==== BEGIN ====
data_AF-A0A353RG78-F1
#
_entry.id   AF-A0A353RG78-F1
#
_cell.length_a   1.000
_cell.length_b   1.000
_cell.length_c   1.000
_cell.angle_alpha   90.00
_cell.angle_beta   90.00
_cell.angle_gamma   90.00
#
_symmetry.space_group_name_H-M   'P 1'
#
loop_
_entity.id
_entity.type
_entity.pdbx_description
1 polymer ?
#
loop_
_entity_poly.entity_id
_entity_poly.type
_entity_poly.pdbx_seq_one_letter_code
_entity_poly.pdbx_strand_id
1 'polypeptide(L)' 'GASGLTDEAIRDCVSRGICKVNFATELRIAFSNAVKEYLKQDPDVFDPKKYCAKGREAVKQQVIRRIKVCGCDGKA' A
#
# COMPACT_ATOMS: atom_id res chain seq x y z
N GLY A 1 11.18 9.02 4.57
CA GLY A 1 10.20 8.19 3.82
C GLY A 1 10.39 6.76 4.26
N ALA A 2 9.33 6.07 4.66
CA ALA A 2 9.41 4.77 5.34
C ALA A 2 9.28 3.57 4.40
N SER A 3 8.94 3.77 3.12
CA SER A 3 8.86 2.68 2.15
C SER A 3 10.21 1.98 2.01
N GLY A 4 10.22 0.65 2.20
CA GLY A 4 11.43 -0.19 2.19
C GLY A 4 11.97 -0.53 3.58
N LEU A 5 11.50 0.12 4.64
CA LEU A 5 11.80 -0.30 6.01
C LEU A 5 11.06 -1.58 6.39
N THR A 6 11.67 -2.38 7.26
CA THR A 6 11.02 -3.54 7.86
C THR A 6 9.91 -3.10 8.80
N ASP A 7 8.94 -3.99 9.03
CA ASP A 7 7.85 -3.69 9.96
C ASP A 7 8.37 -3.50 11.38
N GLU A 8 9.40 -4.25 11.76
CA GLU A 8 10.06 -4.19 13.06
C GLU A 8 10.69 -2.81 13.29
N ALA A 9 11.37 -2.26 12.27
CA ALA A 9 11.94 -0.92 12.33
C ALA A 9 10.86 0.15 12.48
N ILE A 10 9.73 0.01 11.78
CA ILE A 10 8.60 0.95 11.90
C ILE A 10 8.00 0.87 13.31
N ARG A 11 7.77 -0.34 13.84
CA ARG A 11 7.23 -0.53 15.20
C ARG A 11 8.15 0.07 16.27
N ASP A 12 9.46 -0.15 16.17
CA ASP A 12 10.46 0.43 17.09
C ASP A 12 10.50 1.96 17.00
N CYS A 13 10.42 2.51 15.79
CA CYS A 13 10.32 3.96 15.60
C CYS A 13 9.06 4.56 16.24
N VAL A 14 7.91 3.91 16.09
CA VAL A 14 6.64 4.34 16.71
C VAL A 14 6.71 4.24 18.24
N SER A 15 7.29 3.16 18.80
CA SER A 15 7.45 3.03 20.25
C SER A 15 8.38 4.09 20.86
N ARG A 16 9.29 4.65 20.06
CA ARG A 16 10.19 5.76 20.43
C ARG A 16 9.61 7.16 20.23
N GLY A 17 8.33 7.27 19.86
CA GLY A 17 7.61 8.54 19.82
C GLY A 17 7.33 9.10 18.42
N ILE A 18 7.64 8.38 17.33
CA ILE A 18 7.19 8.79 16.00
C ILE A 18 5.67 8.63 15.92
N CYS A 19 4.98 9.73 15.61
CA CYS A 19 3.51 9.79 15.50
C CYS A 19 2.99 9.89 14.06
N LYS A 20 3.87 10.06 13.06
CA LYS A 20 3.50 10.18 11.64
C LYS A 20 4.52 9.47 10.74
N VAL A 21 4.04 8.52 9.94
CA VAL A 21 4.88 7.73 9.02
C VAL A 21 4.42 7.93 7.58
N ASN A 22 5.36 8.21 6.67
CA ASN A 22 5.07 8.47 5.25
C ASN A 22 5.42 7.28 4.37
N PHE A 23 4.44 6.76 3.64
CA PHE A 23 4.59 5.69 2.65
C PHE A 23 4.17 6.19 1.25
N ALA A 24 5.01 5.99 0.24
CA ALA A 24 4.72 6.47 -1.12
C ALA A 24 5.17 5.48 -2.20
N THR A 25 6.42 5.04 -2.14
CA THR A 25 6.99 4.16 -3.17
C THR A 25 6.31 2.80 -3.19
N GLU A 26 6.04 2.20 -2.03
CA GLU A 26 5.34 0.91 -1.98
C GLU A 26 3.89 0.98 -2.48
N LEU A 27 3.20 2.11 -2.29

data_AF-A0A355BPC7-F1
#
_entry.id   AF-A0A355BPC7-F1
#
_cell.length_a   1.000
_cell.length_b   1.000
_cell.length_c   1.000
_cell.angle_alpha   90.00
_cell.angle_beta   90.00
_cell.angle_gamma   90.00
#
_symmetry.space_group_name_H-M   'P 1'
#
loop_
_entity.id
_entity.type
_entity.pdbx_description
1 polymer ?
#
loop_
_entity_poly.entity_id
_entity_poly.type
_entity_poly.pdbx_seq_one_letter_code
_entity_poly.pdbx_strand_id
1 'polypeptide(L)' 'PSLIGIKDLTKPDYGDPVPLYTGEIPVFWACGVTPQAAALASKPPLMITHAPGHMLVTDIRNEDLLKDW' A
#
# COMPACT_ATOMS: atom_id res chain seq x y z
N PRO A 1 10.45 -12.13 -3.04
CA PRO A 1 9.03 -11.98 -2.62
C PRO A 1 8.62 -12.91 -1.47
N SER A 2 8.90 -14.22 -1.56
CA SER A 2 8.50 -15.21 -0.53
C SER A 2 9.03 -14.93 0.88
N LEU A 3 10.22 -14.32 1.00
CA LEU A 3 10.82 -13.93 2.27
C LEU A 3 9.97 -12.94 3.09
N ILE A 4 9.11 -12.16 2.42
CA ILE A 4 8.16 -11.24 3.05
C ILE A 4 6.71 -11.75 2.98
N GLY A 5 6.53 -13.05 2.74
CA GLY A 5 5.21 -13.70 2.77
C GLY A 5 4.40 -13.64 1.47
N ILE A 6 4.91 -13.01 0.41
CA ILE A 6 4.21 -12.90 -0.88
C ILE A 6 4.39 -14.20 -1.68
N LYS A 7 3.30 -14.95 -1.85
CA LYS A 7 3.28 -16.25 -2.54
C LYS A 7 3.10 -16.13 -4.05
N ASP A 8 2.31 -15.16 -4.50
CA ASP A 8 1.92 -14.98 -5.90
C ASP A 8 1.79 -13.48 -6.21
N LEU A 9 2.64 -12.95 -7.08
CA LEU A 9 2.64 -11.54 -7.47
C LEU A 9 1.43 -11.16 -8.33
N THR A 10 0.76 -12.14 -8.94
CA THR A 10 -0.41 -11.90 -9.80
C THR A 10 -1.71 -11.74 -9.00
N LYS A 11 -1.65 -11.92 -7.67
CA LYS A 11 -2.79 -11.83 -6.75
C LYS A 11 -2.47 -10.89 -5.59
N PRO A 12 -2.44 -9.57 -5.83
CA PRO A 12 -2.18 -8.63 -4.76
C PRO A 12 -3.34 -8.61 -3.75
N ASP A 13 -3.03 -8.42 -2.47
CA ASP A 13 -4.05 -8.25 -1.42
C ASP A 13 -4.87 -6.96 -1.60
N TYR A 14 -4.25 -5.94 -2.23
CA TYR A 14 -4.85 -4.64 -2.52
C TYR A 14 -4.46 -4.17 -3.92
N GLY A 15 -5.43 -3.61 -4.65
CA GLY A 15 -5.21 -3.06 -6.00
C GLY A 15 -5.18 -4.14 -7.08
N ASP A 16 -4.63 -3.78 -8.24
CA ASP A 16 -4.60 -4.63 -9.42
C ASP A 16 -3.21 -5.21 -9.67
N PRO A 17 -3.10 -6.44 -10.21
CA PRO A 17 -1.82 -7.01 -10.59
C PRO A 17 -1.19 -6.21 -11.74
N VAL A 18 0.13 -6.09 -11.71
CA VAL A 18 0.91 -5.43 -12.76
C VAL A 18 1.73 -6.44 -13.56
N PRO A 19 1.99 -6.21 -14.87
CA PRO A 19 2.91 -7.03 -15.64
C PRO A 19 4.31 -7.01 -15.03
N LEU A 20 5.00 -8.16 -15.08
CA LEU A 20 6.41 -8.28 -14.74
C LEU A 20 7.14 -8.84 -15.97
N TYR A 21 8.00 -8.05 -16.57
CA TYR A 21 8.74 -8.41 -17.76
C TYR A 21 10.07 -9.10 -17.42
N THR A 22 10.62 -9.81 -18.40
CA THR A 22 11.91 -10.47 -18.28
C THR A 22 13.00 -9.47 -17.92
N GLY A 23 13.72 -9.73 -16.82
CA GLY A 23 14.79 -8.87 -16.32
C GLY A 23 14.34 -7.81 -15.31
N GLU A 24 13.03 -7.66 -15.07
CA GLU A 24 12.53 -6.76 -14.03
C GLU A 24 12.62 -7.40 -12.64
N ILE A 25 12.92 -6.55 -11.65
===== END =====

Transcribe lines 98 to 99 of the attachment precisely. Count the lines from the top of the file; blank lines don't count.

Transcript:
CA ALA A 24 4.72 6.47 -1.12
C ALA A 24 5.17 5.48 -2.20